Cooney, Rosie and Lang, Andrew T. F. (2007) Taking uncertainty seriously: adaptive governance and international trade. European journal of international law, 18 (3). pp. 523-551. ISSN 0938-5428
The problem of uncertainty presents a major challenge for institutions of international governance. In this article we draw lessons from a variety of literatures, including ecology and environmental management, for understanding and responding to uncertainty. From them we derive a model of ‘adaptive governance’ as a way to respond to the extensive and pervasive uncertainty confronting decision-makers in international institutions. Adaptive governance accepts and responds to uncertainty through promoting learning, avoiding irreversible interventions and impacts, encouraging constant monitoring of outcomes, facilitating broad participation in policy-making processes, encouraging transparency, and reflexively highlighting the limitations of the knowledge on which policy choices are based. Here we assess the World Trade Organization as an institution of adaptive governance, taking for our focus the WTO's treatment of national measures to counter the spread of invasive alien species, an arena in which particularly challenging and persistent uncertainties are faced. We find that while some aspects of the WTO's operation already fit within an adaptive governance model, in other important respects the WTO fails to encourage (and sometimes inhibits) effective policy responses to persistent uncertainty.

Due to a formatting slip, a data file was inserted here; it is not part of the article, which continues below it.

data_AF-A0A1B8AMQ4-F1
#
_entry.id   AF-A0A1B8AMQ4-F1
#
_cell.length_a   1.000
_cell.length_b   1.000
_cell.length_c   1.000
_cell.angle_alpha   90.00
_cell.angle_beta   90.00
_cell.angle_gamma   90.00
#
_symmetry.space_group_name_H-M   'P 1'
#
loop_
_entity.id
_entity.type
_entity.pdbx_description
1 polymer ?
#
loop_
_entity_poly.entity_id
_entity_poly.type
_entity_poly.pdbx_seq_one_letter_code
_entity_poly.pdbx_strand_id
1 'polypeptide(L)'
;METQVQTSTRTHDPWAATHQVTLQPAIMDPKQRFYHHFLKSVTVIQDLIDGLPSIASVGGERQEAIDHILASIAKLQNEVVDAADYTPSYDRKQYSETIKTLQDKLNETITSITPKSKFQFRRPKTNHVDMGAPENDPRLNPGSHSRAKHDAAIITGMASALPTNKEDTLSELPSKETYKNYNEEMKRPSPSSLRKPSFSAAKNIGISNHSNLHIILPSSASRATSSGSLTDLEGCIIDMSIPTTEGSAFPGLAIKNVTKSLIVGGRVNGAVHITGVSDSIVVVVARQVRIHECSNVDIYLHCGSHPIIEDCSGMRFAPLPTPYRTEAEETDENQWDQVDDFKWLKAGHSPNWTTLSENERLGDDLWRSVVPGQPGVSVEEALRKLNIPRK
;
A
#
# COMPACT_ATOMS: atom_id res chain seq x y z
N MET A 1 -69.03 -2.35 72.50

|Additional Information:||© 2007 EJIL|
|Library of Congress subject classification:||H Social Sciences > HF Commerce
J Political Science > JX International law
|Sets:||Departments > Law|
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